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When art meets architecture | Latest News & Updates at Daily News & Analysis

Architecture has had a profound impact on renowned artist Brinda Miller’s life. Married to leading architect Alfaz Miller and mother to two daughters who are following the same profession, the mixed media fine artist has been exposed to its myriad nuances. The 57-year-old decided to seek inspiration from it for her 16th solo exhibition Vanishing Point, which comes after a span of four years. It comprises 18 of her big canvases and 50 small works, which are mainly in red, orange, yellow and blue.

Earlier, most of her creations have been landscape-based, and inspired by her travel all over the world. Her latest works can be interpreted as a new phase wherein her preoccupations are now based on principles of the architectural and an urbanscape abstraction —via angles, arcs and ellipses, and through other geometrical devices.

The former Festival Director of the Kala Ghoda Arts Festival talks to After Hrs about how her art imitates her life and why she loves reinventing herself.

What is the inspiration behind Vanishing Point?

One painting in this exhibition is called Vanishing Point, so all the works have stemmed from it as I really like it. All my canvases have a line, which is called the Vanishing Point or point of convergence. In a linear perspective drawing, it is the spot on the horizon line where the receding parallel lines appear to meet. The lines remind me about the kind of life that I lead, which converges at various points, the diverse career options that I have and the things that I do.

How did you get inspired by architecture for this exhibition?

My husband and my daughters are architects and we have a lot of discussions. My girls keep sending me their drawings as they study abroad.  There is so much influence of architecture that it inspired me to incorporate it in my work.

Most of your earlier works have been landscapes. What fascinates you about them?

I’m  inspired by Mumbai. It may not be the ideal city but I still love it because I was born here and raised here. Then, I studied in New York, which is again very similar to Mumbai. Landscapes can also mean cityscape or environment.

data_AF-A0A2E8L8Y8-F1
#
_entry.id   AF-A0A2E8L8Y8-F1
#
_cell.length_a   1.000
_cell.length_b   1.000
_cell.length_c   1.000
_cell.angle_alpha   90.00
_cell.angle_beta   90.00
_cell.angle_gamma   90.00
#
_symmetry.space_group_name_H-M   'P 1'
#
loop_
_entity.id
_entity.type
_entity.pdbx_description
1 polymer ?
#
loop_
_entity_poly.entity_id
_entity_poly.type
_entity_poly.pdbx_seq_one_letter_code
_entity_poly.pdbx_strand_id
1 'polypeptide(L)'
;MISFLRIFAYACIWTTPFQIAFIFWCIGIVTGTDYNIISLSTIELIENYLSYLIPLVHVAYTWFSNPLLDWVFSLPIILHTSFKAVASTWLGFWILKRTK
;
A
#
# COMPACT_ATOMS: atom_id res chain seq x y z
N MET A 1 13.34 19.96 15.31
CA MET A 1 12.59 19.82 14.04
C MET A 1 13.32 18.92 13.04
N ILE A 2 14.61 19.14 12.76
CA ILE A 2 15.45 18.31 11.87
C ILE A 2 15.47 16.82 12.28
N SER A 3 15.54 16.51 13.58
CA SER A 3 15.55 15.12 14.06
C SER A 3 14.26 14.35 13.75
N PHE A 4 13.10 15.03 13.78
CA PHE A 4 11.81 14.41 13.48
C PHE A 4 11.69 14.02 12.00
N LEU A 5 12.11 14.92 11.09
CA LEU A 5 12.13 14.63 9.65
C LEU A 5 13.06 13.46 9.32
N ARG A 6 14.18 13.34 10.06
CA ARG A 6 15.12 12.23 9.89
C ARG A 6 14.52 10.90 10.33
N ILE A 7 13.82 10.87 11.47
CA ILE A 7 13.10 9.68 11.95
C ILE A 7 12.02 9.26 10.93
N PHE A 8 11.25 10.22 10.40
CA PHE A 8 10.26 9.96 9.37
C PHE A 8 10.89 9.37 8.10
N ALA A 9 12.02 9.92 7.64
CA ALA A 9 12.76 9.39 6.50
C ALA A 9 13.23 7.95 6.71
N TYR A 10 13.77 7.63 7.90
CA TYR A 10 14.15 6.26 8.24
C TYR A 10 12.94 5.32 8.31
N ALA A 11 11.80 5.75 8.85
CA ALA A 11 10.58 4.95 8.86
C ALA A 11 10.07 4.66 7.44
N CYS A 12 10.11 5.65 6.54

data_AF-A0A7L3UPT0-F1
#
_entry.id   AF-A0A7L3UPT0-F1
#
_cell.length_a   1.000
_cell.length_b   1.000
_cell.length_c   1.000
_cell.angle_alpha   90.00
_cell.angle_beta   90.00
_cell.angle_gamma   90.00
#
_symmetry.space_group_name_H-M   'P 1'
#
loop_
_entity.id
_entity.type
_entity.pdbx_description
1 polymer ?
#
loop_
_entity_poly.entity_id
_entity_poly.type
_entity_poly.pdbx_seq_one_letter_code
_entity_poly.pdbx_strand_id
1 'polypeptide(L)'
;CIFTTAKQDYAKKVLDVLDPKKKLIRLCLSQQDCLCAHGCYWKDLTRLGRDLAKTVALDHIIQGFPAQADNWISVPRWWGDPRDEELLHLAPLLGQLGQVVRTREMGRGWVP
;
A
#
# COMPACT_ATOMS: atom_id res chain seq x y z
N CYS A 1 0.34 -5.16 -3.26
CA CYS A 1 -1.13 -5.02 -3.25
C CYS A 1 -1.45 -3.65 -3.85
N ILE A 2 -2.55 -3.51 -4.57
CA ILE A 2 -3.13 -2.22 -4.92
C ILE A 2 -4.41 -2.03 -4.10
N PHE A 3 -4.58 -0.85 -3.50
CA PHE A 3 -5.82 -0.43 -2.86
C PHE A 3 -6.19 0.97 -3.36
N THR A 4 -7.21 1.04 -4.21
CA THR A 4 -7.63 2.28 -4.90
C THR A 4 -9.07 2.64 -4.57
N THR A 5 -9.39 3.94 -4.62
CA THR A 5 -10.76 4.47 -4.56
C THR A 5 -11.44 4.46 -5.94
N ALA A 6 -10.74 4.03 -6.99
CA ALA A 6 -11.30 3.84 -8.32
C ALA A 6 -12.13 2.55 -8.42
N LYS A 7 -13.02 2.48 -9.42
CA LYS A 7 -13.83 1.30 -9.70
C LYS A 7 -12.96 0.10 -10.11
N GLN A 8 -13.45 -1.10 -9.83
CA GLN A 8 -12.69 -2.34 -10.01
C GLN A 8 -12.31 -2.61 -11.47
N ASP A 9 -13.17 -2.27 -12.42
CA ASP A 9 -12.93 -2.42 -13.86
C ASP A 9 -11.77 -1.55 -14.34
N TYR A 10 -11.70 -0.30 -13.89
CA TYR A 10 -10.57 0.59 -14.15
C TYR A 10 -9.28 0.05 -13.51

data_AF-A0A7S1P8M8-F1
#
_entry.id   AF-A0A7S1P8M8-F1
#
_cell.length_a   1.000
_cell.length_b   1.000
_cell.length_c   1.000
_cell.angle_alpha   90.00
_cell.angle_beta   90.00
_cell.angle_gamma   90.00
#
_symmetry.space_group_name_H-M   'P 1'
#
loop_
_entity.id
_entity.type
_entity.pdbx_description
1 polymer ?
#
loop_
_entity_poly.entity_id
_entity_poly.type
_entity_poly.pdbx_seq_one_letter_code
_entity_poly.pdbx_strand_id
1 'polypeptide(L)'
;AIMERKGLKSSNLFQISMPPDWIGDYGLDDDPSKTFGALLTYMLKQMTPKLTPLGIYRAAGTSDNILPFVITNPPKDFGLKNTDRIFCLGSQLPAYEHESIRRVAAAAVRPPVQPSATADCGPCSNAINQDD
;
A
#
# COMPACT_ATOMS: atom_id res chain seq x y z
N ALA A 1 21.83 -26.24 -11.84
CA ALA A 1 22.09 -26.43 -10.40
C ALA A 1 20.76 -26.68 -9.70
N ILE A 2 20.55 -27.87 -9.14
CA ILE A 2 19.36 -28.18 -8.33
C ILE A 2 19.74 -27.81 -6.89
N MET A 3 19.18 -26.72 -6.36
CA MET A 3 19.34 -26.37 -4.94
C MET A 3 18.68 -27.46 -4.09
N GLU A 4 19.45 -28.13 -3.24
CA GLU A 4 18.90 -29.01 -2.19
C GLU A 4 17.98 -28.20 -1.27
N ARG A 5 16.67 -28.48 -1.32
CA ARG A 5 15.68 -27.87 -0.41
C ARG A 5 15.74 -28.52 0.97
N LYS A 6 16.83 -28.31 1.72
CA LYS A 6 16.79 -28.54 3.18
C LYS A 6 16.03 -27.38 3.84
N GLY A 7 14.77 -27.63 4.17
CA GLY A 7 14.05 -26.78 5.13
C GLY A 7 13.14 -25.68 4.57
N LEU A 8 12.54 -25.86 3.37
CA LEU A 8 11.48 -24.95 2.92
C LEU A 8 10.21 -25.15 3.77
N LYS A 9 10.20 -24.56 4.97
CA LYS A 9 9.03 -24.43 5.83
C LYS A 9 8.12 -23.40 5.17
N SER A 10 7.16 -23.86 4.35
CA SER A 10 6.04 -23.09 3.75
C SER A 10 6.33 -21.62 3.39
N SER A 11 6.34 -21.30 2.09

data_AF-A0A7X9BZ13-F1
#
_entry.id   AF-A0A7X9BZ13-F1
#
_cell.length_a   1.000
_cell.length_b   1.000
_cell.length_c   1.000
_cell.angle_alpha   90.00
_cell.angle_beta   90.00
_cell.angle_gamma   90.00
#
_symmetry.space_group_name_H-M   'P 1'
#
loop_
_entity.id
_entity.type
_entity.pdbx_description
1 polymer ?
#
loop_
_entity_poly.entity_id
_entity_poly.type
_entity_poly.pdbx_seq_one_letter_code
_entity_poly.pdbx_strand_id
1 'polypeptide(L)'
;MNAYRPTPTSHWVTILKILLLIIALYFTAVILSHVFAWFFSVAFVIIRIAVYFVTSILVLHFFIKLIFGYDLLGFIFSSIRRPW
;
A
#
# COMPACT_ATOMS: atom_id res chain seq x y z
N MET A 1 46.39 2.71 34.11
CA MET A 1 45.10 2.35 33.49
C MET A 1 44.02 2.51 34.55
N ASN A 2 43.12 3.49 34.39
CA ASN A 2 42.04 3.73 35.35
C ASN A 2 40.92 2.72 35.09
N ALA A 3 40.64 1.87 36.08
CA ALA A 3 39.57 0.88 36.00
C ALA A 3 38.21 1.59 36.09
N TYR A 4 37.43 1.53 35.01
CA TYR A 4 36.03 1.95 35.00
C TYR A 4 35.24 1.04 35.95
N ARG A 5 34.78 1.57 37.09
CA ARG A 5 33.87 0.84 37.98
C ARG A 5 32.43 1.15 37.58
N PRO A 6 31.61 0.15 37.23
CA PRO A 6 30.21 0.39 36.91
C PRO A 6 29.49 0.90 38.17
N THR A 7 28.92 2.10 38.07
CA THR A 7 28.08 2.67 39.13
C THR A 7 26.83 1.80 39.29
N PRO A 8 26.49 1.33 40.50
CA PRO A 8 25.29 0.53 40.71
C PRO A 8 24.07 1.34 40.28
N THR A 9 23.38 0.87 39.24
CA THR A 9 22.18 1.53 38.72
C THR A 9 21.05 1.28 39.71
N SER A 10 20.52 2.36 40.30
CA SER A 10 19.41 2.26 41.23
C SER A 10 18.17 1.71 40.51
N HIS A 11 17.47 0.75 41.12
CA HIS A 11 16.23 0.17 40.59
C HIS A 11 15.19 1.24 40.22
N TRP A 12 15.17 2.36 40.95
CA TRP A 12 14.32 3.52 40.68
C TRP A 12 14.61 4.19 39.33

Did you face any challenges while creating these art works?

I love challenges. I always want to do something different each time. This is the beginning of a new phase, which I love. I get bored easily so I need to keep reinventing everything in my life. I don’t fall into any kind of routine or set pattern and that reflects in my work too.

Your works always boast of bright colours...

They are happy works because that’s how I am. I want people to look at them and say that they have such great energy. That’s the biggest compliment for me.

How does it feel to do something different with this show?

I think I have done well with each show. But this one has been a high point in my artistic career as it appeals to the critics as well as to the lay person. You want your work to be liked by everyone and most of all by yourself. I worked very hard at it and enjoyed it thoroughly.

When you look back at your journey, how do you perceive it?

I always tell everyone that my life began at 40. Now, I’m 57. I enjoyed raising my kids and having my shows. When I started doing the Kala Ghoda Arts Festival, life took a different turn. And I’ve managed to achieve everything that I have wanted to do since then.

Your future plans?

I want to be more involved with public art. Mumbai is so congested but public art can transform it completely. The ‘Sassoon Docks Art Project’ (an initiative of the St+Art India) where the 142-year old docks had murals and installations was a wonderful initiative. I want to be more involved with things like that.

Vanishing Point is on till January 24 at Tao Art Gallery, Worli from 11 am – 6 pm.



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